199? Ike Bacon F5
    1945 Levin 330
    192? Oscar Schmidt banjo mandolin
    200? Olympia OM6-SW
    early Eastwood Mandostang
    Fender Tweed Deluxe clone

  3. #3
    Registered User
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    Default Re: Banjo Mandolin - I've joined the club

    Some of the old timers thought the more tension rods the better the quality of the banjo.
    THE WORLD IS A BETTER PLACE JUST FOR YOUR SMILE!

  4. #4

    Default Re: Banjo Mandolin - I've joined the club

    In case anybody has a good guess on maker, here's the tailpiece:

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ID:	176730
    199? Ike Bacon F5
    1945 Levin 330
    192? Oscar Schmidt banjo mandolin
    200? Olympia OM6-SW
    early Eastwood Mandostang
    Fender Tweed Deluxe clone

  5. The following members say thank you to Greg P. Stone for this post:


  6. #5
    Registered User William Smith's Avatar
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    Default Re: Banjo Mandolin - I've joined the club

    Your missing the tailpiece cover, it should just be the plain jane what do they call it Cloud? type made by Waverly more than likely, they made loads of them as they put them on mandolins as well. Nice find!

  7. #6
    Registered User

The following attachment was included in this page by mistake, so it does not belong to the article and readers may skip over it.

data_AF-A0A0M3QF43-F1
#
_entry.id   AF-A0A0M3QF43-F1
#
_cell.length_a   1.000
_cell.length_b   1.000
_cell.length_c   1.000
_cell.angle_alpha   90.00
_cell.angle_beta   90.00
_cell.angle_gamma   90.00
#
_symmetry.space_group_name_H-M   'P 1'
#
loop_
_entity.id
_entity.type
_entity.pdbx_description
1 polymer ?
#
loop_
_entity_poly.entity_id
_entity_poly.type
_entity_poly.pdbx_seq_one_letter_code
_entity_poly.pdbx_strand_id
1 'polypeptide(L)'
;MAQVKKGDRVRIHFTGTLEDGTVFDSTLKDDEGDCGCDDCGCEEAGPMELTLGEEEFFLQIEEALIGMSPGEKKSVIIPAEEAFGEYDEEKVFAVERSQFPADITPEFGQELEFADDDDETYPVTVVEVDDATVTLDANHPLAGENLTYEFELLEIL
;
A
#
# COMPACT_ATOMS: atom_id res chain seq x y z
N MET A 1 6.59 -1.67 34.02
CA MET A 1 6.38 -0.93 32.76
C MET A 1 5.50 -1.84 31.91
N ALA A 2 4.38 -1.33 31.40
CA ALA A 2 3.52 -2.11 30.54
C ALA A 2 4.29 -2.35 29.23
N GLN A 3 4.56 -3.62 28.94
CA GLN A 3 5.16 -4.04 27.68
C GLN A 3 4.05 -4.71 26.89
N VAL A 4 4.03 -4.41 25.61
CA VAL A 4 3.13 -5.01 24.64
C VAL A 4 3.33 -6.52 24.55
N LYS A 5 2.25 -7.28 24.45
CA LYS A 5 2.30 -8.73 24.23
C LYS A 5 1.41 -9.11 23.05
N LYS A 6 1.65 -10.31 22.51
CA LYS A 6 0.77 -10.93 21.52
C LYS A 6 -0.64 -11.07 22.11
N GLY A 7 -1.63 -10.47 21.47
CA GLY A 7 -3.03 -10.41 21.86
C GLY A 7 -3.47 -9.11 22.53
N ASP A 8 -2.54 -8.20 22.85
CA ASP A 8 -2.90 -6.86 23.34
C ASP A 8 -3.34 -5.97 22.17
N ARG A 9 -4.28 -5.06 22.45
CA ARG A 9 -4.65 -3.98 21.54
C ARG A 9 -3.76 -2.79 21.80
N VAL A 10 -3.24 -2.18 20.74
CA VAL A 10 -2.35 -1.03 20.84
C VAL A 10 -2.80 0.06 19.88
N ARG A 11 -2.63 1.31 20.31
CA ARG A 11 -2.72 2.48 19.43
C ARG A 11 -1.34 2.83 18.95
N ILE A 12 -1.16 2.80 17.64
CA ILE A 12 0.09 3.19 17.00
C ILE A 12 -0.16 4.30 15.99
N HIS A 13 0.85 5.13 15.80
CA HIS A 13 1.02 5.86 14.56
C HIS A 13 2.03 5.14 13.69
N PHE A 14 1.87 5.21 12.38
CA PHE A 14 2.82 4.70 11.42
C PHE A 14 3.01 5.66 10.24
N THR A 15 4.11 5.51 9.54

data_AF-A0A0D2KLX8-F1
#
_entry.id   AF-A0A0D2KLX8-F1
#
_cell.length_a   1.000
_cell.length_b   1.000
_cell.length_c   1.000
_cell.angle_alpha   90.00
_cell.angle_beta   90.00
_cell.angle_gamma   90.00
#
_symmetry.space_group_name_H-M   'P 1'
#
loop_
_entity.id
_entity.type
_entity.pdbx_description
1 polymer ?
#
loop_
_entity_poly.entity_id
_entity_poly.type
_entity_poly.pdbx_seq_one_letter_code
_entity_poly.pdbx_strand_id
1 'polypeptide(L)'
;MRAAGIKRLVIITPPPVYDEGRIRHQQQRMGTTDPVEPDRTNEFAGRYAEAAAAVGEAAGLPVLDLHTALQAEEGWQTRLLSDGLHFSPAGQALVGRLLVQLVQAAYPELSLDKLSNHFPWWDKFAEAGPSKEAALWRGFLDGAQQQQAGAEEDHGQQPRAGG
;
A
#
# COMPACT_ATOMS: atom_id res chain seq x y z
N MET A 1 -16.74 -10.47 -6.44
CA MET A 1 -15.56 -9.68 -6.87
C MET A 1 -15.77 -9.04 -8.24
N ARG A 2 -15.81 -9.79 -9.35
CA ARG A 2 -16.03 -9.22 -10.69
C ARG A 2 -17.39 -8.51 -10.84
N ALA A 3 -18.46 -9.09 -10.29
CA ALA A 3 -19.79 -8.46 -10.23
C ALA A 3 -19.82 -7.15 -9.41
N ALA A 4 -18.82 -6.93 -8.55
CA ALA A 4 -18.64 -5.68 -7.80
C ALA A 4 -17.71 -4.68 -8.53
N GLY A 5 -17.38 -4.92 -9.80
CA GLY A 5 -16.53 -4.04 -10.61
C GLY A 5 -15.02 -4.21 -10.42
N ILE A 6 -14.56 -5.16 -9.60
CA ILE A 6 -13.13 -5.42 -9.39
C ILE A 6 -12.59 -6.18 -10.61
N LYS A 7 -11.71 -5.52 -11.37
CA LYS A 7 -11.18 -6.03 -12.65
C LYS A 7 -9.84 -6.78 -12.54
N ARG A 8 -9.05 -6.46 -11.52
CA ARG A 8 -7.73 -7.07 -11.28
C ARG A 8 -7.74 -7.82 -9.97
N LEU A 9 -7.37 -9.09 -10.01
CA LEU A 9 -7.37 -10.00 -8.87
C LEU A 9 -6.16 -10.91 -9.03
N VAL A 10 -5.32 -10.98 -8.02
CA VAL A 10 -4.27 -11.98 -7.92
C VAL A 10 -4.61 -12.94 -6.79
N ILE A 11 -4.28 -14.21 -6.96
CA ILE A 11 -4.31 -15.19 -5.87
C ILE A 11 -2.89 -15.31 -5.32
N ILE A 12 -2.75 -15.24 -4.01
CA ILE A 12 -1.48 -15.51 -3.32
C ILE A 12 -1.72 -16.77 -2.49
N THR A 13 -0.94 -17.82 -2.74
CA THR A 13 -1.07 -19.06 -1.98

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    Default Re: Banjo Mandolin - I've joined the club

    My favorite stings for these are two sets of tenor banjo strings. I feel they sound better with lighter strings more like a banjo would have, it is a banjo after all.
    THE WORLD IS A BETTER PLACE JUST FOR YOUR SMILE!

  8. #7
    Registered User
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    Default Re: Banjo Mandolin - I've joined the club

    Nice find, and awesome to have it awaiting your arrival home! Safe travels!!
    Chuck

  9. #8
    Mando accumulator allenhopkins's Avatar
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    Default Re: Banjo Mandolin - I've joined the club

    Just a caution: the "club" may be what your neighbors use on you, when you wail away on your mando-banjo at 2 a.m. Even with skin heads, these can be a bit piercing.